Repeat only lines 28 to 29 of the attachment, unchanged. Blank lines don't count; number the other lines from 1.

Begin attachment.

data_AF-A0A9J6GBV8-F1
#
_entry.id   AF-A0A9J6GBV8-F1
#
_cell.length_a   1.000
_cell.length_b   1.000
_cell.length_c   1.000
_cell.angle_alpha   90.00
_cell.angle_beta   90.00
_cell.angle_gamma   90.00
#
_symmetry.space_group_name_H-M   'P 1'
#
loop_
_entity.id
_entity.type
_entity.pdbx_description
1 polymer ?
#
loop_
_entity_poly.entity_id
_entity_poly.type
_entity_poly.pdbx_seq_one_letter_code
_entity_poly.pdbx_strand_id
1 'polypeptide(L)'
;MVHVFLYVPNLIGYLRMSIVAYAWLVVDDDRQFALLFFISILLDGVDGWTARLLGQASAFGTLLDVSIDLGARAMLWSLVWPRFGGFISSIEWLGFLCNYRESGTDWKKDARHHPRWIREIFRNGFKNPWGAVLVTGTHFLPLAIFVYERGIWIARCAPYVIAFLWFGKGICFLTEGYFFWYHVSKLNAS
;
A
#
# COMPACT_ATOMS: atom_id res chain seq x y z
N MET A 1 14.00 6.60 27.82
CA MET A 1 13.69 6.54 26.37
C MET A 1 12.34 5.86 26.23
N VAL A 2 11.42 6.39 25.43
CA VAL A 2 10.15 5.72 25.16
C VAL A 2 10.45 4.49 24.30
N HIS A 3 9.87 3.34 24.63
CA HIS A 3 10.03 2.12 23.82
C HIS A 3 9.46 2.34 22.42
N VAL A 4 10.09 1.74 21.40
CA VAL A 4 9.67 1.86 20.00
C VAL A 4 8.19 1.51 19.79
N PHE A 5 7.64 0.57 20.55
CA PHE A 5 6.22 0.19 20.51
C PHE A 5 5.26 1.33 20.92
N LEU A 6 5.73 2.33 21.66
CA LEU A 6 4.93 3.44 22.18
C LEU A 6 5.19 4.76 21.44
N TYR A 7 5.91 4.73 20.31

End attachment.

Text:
A
#